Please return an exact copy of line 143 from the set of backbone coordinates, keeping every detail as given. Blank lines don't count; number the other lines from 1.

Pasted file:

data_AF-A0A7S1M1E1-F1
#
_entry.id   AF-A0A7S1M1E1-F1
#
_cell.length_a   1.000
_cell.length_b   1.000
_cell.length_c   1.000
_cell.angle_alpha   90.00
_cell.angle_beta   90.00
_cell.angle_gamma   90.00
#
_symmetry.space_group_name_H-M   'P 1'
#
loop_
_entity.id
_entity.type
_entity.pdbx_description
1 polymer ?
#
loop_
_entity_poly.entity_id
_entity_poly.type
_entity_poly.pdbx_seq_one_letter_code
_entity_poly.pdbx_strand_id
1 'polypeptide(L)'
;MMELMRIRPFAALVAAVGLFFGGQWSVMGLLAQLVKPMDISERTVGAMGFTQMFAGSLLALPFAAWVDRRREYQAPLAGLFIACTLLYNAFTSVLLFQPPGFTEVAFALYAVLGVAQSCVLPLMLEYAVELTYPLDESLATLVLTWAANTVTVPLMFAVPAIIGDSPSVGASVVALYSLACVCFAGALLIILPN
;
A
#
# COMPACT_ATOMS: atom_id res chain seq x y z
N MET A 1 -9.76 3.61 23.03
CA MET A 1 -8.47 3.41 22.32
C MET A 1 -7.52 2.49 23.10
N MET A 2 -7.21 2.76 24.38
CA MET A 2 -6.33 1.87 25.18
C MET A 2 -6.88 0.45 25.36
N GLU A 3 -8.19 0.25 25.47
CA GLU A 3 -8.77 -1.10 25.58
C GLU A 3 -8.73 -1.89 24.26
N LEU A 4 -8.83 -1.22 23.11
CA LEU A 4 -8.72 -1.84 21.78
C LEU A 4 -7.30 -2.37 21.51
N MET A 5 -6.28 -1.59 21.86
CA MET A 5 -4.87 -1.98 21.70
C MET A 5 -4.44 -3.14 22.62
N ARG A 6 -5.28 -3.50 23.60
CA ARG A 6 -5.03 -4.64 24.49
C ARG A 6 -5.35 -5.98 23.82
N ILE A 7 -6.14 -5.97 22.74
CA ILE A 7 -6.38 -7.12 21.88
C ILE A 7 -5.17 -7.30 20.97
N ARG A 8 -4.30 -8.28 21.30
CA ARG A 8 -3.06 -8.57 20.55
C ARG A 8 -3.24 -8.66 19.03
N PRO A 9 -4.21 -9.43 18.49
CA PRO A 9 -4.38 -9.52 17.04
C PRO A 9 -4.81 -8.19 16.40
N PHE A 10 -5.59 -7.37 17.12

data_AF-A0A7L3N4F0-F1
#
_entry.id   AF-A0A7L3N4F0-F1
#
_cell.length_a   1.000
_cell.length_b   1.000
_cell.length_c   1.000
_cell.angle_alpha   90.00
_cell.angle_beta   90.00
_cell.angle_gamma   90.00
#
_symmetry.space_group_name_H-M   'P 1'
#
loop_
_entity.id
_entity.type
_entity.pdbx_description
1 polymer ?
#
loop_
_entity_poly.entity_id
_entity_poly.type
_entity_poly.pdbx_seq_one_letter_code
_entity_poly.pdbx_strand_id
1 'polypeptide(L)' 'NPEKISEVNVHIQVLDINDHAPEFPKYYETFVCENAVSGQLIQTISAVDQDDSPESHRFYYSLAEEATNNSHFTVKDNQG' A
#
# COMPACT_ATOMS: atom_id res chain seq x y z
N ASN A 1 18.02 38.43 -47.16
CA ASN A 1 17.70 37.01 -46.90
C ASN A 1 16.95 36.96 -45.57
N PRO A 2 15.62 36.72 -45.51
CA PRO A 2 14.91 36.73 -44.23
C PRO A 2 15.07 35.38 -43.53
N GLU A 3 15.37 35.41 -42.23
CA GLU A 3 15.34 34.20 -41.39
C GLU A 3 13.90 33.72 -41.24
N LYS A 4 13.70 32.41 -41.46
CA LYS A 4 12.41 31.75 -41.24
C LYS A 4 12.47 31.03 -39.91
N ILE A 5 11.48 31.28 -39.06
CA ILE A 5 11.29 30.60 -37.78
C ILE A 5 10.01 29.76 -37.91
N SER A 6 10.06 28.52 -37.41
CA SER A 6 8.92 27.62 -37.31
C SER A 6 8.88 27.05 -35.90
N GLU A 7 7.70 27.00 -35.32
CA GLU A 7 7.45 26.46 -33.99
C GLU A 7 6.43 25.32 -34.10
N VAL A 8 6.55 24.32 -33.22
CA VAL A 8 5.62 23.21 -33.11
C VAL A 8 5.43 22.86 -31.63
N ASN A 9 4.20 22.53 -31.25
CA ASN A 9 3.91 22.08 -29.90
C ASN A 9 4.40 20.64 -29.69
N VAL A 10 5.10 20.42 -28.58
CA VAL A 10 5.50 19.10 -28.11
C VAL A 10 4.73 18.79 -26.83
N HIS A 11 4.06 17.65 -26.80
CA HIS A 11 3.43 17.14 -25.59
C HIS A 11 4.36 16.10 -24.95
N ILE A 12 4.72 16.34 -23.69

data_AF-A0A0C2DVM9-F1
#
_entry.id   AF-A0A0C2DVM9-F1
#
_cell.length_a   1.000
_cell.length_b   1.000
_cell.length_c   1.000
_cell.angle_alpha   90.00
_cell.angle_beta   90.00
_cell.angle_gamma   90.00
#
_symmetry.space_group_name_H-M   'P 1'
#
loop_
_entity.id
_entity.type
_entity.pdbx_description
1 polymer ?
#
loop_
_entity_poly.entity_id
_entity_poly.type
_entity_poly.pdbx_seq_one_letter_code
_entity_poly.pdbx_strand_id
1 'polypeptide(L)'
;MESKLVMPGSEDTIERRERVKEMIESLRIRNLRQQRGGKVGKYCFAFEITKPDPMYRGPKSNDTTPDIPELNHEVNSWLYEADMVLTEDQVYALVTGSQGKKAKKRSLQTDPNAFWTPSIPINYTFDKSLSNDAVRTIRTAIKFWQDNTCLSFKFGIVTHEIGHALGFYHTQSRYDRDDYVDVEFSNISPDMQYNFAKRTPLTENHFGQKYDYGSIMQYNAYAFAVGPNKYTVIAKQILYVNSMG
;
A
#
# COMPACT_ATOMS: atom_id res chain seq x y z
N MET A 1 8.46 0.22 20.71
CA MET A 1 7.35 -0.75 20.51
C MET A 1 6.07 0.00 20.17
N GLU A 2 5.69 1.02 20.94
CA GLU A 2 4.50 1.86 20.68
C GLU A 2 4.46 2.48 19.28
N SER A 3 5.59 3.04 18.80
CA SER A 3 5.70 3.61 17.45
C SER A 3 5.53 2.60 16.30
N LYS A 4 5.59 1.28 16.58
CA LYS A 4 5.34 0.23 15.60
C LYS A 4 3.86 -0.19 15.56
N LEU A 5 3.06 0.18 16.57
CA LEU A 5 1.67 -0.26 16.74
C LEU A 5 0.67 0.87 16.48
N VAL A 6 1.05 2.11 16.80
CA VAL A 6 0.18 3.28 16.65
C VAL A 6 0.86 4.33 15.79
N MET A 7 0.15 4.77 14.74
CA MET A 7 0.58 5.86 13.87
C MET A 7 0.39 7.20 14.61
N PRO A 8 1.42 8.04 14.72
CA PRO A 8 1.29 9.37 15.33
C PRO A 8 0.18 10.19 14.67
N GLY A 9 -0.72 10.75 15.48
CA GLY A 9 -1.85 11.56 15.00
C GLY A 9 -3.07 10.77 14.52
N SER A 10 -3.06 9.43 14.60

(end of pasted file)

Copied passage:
_entity_poly.pdbx_strand_id